Leverage what you’ve already got, use that email list, use your web site and/or blog, look for ways to create cross-overs to get your Twitter followers to also begin liking your Facebook page, and your Facebook community to begin following you on Twitter. Get all of them to visit your YouTube channel, and give them a reason to subscribe when they do. Give all of your followers and subscribers a reason to share your content with their friends and circles.
Once you’ve completely leveraged what you already have, expand outwards. Look at ways to reach new people. This can be anything (or everything) from traditional article marketing to buying PPC ads. But whatever methods you add into your campaign, tie them all together.
For example, just writing an article and submitting it to some article site with a link to your blog, or web site, or social network profile, isn’t going to be very effective, even if you’ve got a great landing page, unless that landing page has a direct and logical next-step connection with the article content they came in from.
Fortunately, that logical next-step connection isn’t very hard to create with a little planning.
With an article you’re giving readers some piece of information that should answer one of their internal questions, once they have that piece of information what’s going to be their next question or pain point? Ask and answer this for your niche demographic, and you’ve got the next-step connection to add to your landing page.
Now, take that to the next level. Your landing page exists to either capture their email address, or make a social network connection with them by trading content. They either submit their email address to get the free report or ebook or whatever you’re offering, or if you have some sort of content locker setup they have to follow you on Twitter or Facebook to access the content. Either way, you’re trading with them.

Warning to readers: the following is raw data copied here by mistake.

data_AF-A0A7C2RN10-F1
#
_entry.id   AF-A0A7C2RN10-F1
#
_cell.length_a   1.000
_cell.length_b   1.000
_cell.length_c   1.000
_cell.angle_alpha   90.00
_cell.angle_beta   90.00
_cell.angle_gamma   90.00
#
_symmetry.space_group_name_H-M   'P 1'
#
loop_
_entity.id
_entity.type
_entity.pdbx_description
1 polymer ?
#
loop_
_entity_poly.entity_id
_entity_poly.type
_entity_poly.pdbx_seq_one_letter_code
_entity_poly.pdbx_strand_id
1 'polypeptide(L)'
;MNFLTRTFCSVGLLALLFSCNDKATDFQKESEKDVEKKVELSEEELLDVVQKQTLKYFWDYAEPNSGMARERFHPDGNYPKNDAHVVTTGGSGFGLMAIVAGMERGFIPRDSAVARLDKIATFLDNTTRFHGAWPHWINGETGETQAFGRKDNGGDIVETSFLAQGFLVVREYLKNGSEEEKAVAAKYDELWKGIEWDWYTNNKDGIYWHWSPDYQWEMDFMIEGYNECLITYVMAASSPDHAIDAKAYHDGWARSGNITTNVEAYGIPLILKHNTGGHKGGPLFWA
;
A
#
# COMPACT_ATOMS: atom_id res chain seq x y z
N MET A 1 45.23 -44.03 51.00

But, once the trade is done, don’t just stop because you’ve got them in your “funnel”. Being happy to have them in your auto-responder sequence at this point is a wasted opportunity. Think of that as the bonus, not the end of this campaign. This is where you can tie the smaller campaign of growing your social media presence with the overall campaign of growing your business.
Right at this moment, you know exactly where their mind is at. You’ve just walked through two steps with them, answered two internal questions for them, so what’s their logical next-step again?
With all of the information and answers you’ve just provided to them, will they logically have another question? Another point of hesitation? Or maybe it’s more logical to believe at this point they’ll be ready to purchase a solution? If you know your market, you should be able to anticipate what they need now and give it to them.
The point is, getting a purchase is the real target, so you keep moving them along, giving them answers to their questions until they reach that stage where their only choice is to buy a solution or continue living with the problem; even if the problem is simply not having the product, that’s a legitimate problem if the product empowers them in some way.
By staying with them until the only logical next-step is to buy or live with the problem, you’ll see a much greater return on your efforts, and still have them in your “funnel” for future marketing too.
That’s how everything is a campaign.
Most people (and by most people I mean the majority of people who aren’t having success), would see increasing their social network followers as the goal, and direct their efforts at simply increasing those numbers.
When you see everything as a campaign, you learn to tie all of your efforts into your overall business campaign, which means there are really two goals. First, to get them into your “funnel”, either with a social network connection or by getting their email address. And second, to turn them into a customer that pays you for something as soon as possible, because that’s what your business campaign needs in order for you to move from your starting point to your target point.
Nothing you do should ever be an island. It shouldn’t be isolated in application or short-term in concept. Everything you do needs to be part of something bigger, and planned out to tie-in with your entire business in some way.